Archive for the ‘Breastfeeding Research 2016’ Category

Natural Family Planning and Breastfeeding

Sunday, March 19th, 2017

In the last 6 blogs, I reviewed 37 published research papers on the benefits of breastfeeding for the year 2016 alone.  That’s 3 a month.

The evidence is overwhelming on the benefits gained when a mother breastfeeds her baby, especially if she exclusively breastfeeds for the first 6 months and continues until the baby is at least 1 or 2 years old.

We can ask those who have read the last six blogs:

Will babies’ lives be saved due to breastfeeding?  The answer is YES.

Will mothers’ lives be improved due to her breastfeeding?  The answer is YES.

Is formula just as good?  The answer is clearly NO.

Does formula cause some deaths for the baby? The answer is YES.

Where is this message promoted by our government?

Where is this message promoted by our Church?

Research also shows that the right kind of breastfeeding spaces babies.  This has been demonstrated by published research papers, even during the 1930s to 1970 when I began my research on breastfeeding and natural child spacing.

John and I have been publishing books and articles on this topic of birth spacing since 1969.  The message needs to be promoted as an option to all  couples engaged or recently married.  Justice demands that this choice be taught in our churches and in our mission work.  It also needs to be promoted by our government which promotes unnatural birth control and abortifacients because mothers need some spacing between births!  God through Nature provides this spacing with no abstinence and only good side effects.  So why do many NFP and other health-promoting organizations ignore this life-enhancing option?

Yes.  God does space babies through breastfeeding alone.   To learn more, please read the book below.

Sheila Kippley
The Seven Standards of Ecological Breastfeeding: The Frequency Factor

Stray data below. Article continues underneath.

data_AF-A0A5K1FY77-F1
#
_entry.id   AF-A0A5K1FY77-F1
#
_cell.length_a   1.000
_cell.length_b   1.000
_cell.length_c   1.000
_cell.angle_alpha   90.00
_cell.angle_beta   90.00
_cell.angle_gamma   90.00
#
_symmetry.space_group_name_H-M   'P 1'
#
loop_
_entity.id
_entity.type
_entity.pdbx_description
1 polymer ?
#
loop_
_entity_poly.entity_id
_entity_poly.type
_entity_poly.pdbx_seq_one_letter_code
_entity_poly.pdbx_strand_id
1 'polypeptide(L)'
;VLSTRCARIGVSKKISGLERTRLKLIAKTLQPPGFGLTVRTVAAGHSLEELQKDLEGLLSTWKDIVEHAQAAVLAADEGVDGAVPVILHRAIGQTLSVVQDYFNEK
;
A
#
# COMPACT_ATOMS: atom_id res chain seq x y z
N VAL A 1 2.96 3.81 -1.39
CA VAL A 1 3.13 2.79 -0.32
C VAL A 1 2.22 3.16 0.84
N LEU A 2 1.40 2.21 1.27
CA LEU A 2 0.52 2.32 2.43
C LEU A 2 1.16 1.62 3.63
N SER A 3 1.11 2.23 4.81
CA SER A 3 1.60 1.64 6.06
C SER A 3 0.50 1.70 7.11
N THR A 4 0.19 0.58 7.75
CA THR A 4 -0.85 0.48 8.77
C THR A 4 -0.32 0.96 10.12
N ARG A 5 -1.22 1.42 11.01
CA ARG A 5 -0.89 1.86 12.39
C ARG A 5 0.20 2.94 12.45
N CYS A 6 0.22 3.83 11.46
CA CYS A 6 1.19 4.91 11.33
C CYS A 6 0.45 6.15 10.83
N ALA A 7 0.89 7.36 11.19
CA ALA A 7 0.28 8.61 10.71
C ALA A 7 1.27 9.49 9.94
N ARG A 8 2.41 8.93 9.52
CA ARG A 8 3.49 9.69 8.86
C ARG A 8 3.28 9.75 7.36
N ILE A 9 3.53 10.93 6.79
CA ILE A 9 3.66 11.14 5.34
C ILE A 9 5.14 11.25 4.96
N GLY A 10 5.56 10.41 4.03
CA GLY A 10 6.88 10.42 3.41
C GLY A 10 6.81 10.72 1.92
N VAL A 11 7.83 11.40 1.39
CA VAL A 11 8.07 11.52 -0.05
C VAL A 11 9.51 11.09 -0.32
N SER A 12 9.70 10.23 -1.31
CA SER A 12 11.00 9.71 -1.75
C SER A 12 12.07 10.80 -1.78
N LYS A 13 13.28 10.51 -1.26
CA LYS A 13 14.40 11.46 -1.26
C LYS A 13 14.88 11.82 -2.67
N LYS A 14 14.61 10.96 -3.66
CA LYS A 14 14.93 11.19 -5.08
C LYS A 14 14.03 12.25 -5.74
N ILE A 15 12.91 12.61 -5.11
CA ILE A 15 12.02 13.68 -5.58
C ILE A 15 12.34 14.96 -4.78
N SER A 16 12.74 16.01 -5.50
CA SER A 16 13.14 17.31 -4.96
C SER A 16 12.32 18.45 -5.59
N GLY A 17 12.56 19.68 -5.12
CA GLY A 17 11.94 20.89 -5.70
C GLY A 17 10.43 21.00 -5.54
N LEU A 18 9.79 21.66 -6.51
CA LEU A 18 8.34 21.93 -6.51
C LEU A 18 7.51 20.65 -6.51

A Review of Breastfeeding Research Published September—December 2016

Sunday, March 12th, 2017

Maternal and pediatric diseases were studied.  To the researchers’ surprise, in terms of medical costs and lives saved, there were more benefits for the mother than the baby.  They defined optimal breastfeeding as breastfeeding for at least one year.  Then they extrapolated their findings in terms of benefits that would result from more mothers doing optimal breastfeeding.  If current breast feeding rates rose from about 30 percent of mothers up to 90 percent, 5,023 cases of breast cancer would be averted each year.  For every 397 mothers who would breastfeed for one year, one case of breast cancer would be averted. For hypertension, assuming the same scenario, optimal breastfeeding would avert 35,392 cases and 322 deaths; only 55 women would have to breastfeed to avert a case of hypertension. For heart attacks, 235 women would have to breastfeed optimally to prevent a heart attack; 162 would need to breastfeed each child for one year to prevent a case of diabetes.  (Maternal & Child Health, September 19, 2016)

In this Thailand study, 556 children had their feedings studied for the first three years, especially with regard to the duration of breastfeeding.  Their teeth were examined for caries or fillings at 3-4 years of age. “There was no association between duration of any breastfeeding and dental caries. In conclusion, full breastfeeding for 6-11 months may protect against dental caries in primary teeth. Prolonged breastfeeding was not associated with dental caries in this population.” (Caries Research, September 9, 2016)

Breastfeeding protects babies from developing asthma. Asthma is the third leading cause of hospital stays and a leading cause of missed school days for U.S. children.  Breastfeeding reduced respiratory symptoms by 27%.  Breastfeeding is recommended for at least six months so that the baby can fully gain the benefits that will protect him from developing asthma. (European Respiratory Society’s International Congress, London, September 3-7, 2016)